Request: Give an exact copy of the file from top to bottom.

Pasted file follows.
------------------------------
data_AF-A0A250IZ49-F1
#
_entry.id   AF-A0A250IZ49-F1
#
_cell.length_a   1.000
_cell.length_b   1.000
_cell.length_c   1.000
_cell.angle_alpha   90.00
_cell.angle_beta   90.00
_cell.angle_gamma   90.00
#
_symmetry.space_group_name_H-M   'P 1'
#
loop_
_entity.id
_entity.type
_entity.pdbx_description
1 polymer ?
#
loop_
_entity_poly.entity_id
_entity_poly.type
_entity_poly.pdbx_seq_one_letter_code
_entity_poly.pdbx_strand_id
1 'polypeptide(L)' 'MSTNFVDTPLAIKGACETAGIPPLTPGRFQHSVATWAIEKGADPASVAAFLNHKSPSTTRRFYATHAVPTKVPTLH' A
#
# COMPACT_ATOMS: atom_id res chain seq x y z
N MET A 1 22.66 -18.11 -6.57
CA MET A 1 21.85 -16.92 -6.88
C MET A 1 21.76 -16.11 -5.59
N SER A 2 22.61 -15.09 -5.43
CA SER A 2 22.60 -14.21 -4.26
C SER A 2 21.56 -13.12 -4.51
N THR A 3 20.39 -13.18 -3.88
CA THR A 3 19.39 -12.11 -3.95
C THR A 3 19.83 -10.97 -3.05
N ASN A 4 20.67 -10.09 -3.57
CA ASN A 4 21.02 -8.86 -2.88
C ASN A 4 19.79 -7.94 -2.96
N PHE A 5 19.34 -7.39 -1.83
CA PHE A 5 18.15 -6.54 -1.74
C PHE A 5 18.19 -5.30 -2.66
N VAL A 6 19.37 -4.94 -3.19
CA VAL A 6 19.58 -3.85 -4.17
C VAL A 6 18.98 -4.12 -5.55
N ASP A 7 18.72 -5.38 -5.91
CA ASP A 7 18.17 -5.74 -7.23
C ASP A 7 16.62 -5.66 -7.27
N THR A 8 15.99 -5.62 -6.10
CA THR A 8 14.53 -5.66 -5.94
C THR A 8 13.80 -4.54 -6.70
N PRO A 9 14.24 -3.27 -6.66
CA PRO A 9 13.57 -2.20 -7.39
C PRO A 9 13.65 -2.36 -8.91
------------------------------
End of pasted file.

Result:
data_AF-A0A250IZ49-F1
#
_entry.id   AF-A0A250IZ49-F1
#
_cell.length_a   1.000
_cell.length_b   1.000
_cell.length_c   1.000
_cell.angle_alpha   90.00
_cell.angle_beta   90.00
_cell.angle_gamma   90.00
#
_symmetry.space_group_name_H-M   'P 1'
#
loop_
_entity.id
_entity.type
_entity.pdbx_description
1 polymer ?
#
loop_
_entity_poly.entity_id
_entity_poly.type
_entity_poly.pdbx_seq_one_letter_code
_entity_poly.pdbx_strand_id
1 'polypeptide(L)' 'MSTNFVDTPLAIKGACETAGIPPLTPGRFQHSVATWAIEKGADPASVAAFLNHKSPSTTRRFYATHAVPTKVPTLH' A
#
# COMPACT_ATOMS: atom_id res chain seq x y z
N MET A 1 22.66 -18.11 -6.57
CA MET A 1 21.85 -16.92 -6.88
C MET A 1 21.76 -16.11 -5.59
N SER A 2 22.61 -15.09 -5.43
CA SER A 2 22.60 -14.21 -4.26
C SER A 2 21.56 -13.12 -4.51
N THR A 3 20.39 -13.18 -3.88
CA THR A 3 19.39 -12.11 -3.95
C THR A 3 19.83 -10.97 -3.05
N ASN A 4 20.67 -10.09 -3.57
CA ASN A 4 21.02 -8.86 -2.88
C ASN A 4 19.79 -7.94 -2.96
N PHE A 5 19.34 -7.39 -1.83
CA PHE A 5 18.15 -6.54 -1.74
C PHE A 5 18.19 -5.30 -2.66
N VAL A 6 19.37 -4.94 -3.19
CA VAL A 6 19.58 -3.85 -4.17
C VAL A 6 18.98 -4.12 -5.55
N ASP A 7 18.72 -5.38 -5.91
CA ASP A 7 18.17 -5.74 -7.23
C ASP A 7 16.62 -5.66 -7.27
N THR A 8 15.99 -5.62 -6.10
CA THR A 8 14.53 -5.66 -5.94
C THR A 8 13.80 -4.54 -6.70
N PRO A 9 14.24 -3.27 -6.66
CA PRO A 9 13.57 -2.20 -7.39
C PRO A 9 13.65 -2.36 -8.91